The most tribulation phage of hijras life cycle is old age as they can’t operate sex trade, dancing and other activities for survive. This pain and frustrated situation being increased until death. Death can’t finish their abuse and dishonor chapter. After death, they can’t get religious rituals relating to the funeral as a normal person get. ‘The society, religious, and the state fail to ensure honour to the departed soul of a human being’[9].

Hijras suffer from unbearable violence, harassment, pain and humiliations while they are alive and even after death in South Asia. They are not treated as human being in family and society. Society and family should realize their physical and psychological problem. Government should arrange monetary assistance to the poor hijras and stipend to the hijra student, should develop public awareness program relating hijra community, build up knowledge regarding AIDS/STDs to them, should arrange the medical assistance for affected individuals. State should also enforce strict law to safe hijra community from any kind of violence and harassment. Change cannot come too soon for transgender people. As a part of human being if Government, family, society will support and advocate for the hijra community, they will get equal opportunity to lead a normal life and will equal part to succeed and thrive.


1. Johnson, C.A., Off the map. How HIV/AIDS programming is failing same-sex practicing people in Africa. 2007.

2. Herdt, G.H., Same sex, different cultures: Gays and lesbians across cultures. 1997: Westview Press.

3. Nanda, S., Hijras. 1994: Wiley Online Library.

4. Swararao, D., Hijra’s and their social life in South Asia. Imperial Journal of Interdisciplinary Research, 2016. 2(4).

5. Sharma, P., Historical background and legal status of third gender in Indian society. International Journal of Research in Economics & Social Sciences, 2012. 2: p. 64-71.

6. Nanda, S., Deviant careers: The hijras of India. Deviance: Anthropological Perspectives, 1991: p. 149-171.

7. Herdt, G., Third sex, Third gender–Beyond Sexual Dimorphism in Culture and History. 2012.

8. Jami, H. Condition and status of hijras (transgender, transvestites etc) in Pakistan. in Sexualities, Genders and Rights in Asia’, 1st International Conference of Asian Queer Studies Retrieved September. 2005.

9. Khan, S.I., et al., Living on the extreme margin: social exclusion of the transgender population (hijra) in Bangladesh. Journal of Health, Population and Nutrition, 2009: p. 441-451.

10. Abbas, T., et al., Social adjustment of transgender: A study of District Chiniot, Punjab (Pakistan). Academic Journal of Interdisciplinary Studies, 2014. 3(1): p. 61.

11. Khan, S., Culture, sexualities, and identities: men who have sex with men in India. Journal of Homosexuality, 2001. 40(3-4): p. 99-115.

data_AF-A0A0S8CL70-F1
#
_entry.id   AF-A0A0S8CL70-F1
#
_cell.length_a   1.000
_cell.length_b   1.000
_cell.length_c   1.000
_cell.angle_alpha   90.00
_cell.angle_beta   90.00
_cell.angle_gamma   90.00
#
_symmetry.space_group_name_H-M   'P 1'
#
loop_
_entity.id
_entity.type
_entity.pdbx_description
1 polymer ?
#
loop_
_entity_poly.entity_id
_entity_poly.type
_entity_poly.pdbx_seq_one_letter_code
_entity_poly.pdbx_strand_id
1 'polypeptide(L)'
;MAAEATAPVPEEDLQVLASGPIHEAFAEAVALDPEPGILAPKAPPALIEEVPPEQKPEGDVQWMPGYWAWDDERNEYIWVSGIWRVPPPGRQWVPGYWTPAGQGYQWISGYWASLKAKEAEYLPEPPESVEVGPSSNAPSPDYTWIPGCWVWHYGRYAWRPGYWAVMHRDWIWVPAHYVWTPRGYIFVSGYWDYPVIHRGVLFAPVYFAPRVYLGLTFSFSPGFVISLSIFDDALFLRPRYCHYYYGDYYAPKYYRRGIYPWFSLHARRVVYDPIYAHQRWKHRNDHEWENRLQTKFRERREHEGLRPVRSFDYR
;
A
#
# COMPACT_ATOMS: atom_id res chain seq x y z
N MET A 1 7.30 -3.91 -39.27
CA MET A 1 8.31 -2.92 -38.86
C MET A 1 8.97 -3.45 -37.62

12. Herdt, G., Third sex, third gender. Nueva York: Zone Books, 1996.

13. Nanda, S., Hijras: An Alternative Sex and Gender Role in India'in Third Sex, Third Gender G. New York: Zone, 1993.

14. Grant, J.M., et al., Injustice at every turn: A report of the National Transgender Discrimination Survey. 2011: National Center for Transgender Equality.

15. Baqi, S., et al., Seroprevalence of HIV, HBV and syphilis and associated risk behaviours in male transvestites (Hijras) in Karachi, Pakistan. International journal of STD & AIDS, 1999. 10(5): p. 300-304.

16. Khan, S., MSM and HIV/AIDS in India. Naz Foundation International, 2004.

17. Jewkes, R., P. Sen, and C. Garcia-Moreno, Sexual violence. 2002.

18. Sahastrabuddhe, S., et al., Sexually transmitted infections and risk behaviors among transgender persons (Hijras) of Pune, India. JAIDS Journal of Acquired Immune Deficiency Syndromes, 2012. 59(1): p. 72-78.

19. Shaw, S.Y., et al., Factors associated with sexual violence against men who have sex with men and transgendered individuals in Karnataka, India. PloS one, 2012. 7(3): p. e31705.

20. Khan, S.I., et al., Not to stigmatize but to humanize sexual lives of the transgender (hijra) in Bangladesh: condom chat in the AIDS era. Journal of LGBT health research, 2009. 4(2-3): p. 127-141.

21. Reddy, G., Geographies of contagion: Hijras, Kothis, and the politics of sexual marginality in Hyderabad. Anthropology & Medicine, 2005. 12(3): p. 255-270.

22. Khan, A., et al., Correlates and prevalence of HIV and sexually transmitted infections among Hijras (male transgenders) in Pakistan. International journal of STD & AIDS, 2008. 19(12): p. 817-820.

23. Grant, J.M., et al., National transgender discrimination survey report on health and health care. Washington, DC: National Center for Transgender Equality and the National Gay and Lesbian Task Force, 2010.

24. Chakrapani, V., P. Babu, and T. Ebenezer, Hijras in sex work face discrimination in the Indian health-care system. Research for Sex Work, 2004. 7: p. 12-14.